As an employee 1. Recharge your batteries 2. Have a healthy response 3. Keep track of what is stressing you 4. Build a support network 5. Exercise and nutrition
As an employer 1. Know the stress symptoms 2. Identify the source of work-related stress 3. Long-term strategies 4. The talking toolkit
Work stress awareness should be a priority for every organization to improve the employee experience. April marks the start of Stress Awareness month, with April 16th the prescribed day focusing on stress in the US. This awareness is becoming increasingly important and the statistics back this up...
These staggering figures are evidence that stress is taking a real toll on the workforce reducing job security and employees' ability to cope in stressful situations. We’ve compiled a list of helpful tips and useful tactics to reduce stress in the workplace both as an employer and as an employee.
Avoiding chronic stress and eventual burnout is key to improving an individual’s health. You, the individual, need to make sure that you spend enough time relaxing and ‘switching off from work’. Therefore, maintain a good amount of sleep a night and adjust working hours if the stress on the job is becoming too much.
When confronted with stressors, try to build a healthy response for when they arise. This process develops over time and initially, it may seem difficult. When stressors arise don't use unhealthy choices to overcome the short-term stress. Instead, try to build resilience to the stress.
Have a read of Mental Health UK’s booklet on ‘Managing stress and building resilience in the workplace' for greater insight. This will give you some great tips on how to control your emotional response and give you some sense of control in these situations.
Try to keep a journal of the things or situations which have stressed you out over a period of time. Record your thoughts, feelings, and information concerning the incident. Recording information can help to identify patterns and in turn develop an action plan for building resilience to stressors.
Building a network and accepting help from others is vitally important, especially in the individualistic culture of the westernized world. It may be family, friends, colleagues, or your manager. Some employers may have stress management resources which include online resources, counseling and if needed, and referral to mental health professionals to gain medical advice.
Aerobic exercise – that which raises the heart rate – is an especially effective method to increase mood, health, and energy, as well as relaxing the mind and body. Conversely, rhythmic exercise – i.e. yoga, dancing, walking, etc. – helps to relax the nervous system. Research suggests trying and get at least 30 minutes a day of either type of exercise.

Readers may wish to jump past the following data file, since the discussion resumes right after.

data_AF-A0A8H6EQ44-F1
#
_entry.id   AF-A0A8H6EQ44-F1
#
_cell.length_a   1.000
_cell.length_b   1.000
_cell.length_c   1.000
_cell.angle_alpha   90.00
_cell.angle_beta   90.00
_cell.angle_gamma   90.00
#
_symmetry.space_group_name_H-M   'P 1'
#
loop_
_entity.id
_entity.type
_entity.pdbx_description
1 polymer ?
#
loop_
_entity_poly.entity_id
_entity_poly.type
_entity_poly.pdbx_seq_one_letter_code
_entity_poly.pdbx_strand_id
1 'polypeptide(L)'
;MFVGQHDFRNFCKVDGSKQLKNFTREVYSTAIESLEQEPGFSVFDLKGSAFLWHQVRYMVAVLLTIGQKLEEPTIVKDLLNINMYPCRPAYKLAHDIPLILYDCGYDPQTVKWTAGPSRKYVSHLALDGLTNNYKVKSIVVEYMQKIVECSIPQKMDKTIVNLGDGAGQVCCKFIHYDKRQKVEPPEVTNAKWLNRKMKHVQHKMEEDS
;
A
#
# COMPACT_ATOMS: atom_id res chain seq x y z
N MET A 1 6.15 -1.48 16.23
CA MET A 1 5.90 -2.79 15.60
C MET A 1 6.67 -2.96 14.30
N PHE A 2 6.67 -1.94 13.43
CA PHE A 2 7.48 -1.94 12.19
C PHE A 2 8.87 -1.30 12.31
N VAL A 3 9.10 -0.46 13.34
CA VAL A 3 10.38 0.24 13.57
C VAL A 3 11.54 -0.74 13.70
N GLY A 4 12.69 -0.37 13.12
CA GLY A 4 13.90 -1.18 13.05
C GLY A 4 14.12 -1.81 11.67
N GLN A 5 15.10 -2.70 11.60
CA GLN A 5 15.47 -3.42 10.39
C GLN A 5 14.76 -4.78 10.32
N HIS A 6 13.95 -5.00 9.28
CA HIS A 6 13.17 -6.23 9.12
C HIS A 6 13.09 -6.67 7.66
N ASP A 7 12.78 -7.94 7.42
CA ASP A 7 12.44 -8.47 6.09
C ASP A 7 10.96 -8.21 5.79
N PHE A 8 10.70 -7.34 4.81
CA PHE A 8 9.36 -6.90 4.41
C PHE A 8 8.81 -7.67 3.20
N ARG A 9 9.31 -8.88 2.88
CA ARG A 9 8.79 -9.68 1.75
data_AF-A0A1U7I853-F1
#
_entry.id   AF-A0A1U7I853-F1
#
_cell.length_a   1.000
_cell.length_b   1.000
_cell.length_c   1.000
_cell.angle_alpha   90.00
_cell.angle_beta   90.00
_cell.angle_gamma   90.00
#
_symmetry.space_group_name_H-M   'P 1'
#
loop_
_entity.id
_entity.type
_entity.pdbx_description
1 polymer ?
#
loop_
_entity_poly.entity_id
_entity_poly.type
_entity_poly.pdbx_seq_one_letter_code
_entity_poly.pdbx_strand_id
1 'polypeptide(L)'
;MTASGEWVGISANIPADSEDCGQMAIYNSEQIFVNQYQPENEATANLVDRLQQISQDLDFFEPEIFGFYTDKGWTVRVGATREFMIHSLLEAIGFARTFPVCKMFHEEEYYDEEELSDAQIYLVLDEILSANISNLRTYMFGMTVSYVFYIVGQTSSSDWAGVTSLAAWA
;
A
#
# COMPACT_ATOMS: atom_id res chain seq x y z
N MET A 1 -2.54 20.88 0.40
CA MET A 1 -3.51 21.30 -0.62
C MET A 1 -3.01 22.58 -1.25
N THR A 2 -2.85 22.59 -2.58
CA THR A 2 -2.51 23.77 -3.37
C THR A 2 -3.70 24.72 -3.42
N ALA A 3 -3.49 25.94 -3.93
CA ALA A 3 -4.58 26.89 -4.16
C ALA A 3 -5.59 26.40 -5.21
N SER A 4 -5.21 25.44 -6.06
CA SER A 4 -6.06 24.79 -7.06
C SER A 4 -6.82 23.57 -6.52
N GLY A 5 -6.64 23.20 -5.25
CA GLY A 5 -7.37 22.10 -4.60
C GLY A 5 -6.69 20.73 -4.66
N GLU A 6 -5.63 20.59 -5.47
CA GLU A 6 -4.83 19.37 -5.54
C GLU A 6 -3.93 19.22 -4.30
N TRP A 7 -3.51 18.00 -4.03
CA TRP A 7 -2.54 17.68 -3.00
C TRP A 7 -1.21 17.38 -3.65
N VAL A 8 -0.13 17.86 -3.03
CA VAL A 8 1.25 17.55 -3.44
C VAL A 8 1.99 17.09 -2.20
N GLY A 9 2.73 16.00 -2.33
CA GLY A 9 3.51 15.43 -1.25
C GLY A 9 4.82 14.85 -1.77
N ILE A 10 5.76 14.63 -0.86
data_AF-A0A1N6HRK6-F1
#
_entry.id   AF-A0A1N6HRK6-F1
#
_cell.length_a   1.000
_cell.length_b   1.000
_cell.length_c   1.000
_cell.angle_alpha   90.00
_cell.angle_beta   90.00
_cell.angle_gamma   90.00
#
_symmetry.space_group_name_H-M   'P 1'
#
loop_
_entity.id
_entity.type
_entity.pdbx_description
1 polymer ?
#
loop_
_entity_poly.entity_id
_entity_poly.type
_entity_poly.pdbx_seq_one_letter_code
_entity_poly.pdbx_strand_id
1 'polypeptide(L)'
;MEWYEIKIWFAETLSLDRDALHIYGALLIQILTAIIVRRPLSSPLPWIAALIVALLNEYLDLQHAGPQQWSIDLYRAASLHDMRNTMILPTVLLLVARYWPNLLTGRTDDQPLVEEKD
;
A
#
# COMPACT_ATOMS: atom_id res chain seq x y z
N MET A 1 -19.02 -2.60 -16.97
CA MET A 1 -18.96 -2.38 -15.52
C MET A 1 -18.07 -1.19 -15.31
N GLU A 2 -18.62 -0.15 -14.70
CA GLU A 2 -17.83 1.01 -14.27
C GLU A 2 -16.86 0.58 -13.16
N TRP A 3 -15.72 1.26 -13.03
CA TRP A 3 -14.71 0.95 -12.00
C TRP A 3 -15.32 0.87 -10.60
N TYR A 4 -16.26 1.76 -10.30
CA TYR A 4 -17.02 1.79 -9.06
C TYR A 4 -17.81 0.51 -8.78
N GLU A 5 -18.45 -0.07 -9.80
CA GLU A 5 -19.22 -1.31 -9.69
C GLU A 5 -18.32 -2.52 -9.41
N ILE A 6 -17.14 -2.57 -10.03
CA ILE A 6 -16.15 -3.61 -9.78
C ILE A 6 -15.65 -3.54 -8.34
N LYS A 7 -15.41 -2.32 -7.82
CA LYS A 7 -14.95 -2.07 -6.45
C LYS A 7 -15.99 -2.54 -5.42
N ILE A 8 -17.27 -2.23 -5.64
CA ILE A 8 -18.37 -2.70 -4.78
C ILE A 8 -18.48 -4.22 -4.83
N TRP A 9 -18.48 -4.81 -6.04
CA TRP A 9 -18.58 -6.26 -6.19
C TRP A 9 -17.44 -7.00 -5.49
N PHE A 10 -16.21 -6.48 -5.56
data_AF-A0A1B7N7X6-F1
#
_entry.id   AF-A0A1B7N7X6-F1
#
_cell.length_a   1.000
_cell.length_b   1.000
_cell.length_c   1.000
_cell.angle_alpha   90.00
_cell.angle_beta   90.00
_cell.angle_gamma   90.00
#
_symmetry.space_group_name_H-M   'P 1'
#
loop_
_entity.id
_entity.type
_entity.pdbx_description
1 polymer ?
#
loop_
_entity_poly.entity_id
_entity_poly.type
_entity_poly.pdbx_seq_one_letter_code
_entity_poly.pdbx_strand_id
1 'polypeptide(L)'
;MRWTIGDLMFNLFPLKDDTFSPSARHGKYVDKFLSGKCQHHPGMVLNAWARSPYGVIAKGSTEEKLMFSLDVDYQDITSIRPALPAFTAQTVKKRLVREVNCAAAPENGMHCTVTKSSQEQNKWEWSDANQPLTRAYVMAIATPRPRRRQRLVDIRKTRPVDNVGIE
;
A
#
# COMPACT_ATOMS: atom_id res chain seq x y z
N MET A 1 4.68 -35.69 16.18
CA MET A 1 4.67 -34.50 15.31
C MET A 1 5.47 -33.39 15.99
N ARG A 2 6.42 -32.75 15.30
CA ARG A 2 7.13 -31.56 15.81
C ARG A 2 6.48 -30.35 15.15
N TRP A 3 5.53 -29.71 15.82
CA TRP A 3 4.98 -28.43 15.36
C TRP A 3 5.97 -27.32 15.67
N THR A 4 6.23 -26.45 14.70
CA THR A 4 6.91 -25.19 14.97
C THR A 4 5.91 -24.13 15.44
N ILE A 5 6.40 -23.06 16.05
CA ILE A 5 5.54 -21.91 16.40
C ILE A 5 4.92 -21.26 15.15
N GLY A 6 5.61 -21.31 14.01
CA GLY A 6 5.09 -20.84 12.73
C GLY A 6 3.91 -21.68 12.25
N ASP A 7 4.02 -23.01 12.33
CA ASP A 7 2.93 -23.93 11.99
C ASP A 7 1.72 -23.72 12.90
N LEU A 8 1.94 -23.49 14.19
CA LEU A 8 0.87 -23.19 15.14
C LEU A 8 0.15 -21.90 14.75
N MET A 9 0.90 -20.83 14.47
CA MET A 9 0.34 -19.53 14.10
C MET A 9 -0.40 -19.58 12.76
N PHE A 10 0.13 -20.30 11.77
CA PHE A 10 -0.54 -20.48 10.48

Nutrition is super important as I’m sure you are all aware. According to HelpGuide.org, make sure you try to minimize excess sugar and refined carb intake; reduce the intake of foods that may adversely affect your mood (this differs between people, for example, caffeine can increase anxiety in some of the population) and drink alcohol in moderation in your downtime.
People react to stress in different ways. As a manager/employer it is important to know the classic signs of stress, so you can help early on.
This tactic takes time and effort to truly make a difference. As a manager/supervisor/employer you need to work with the employee to try and identify the source of stress. It is important to note that often the employee’s stressors can be the result of a supervisor’s behavior. Here are some management tips for the effective management of employee stress:
It is important not to underestimate the importance of longer-term considerations. They will take more time and effort to set up than shorter strategies, but they hold a lot more power. Possible ideas for longer-term strategies include:
The Health and Safety Executive (HSE) has recently released a new Talking Toolkit to help employers prevent work-related stress. The toolkit is comprised of six conversation templates that have been designed to support managers and employees to talk about issues that may be causing work-related stress. Download the toolkit here.
Stress is becoming a larger more serious problem across the workforce, causing job insecurity, poor problem-solving abilities, and reduced job satisfaction. Tackling stress and its unhealthy correlates is an important issue which employees and employers alike need to work together to solve.
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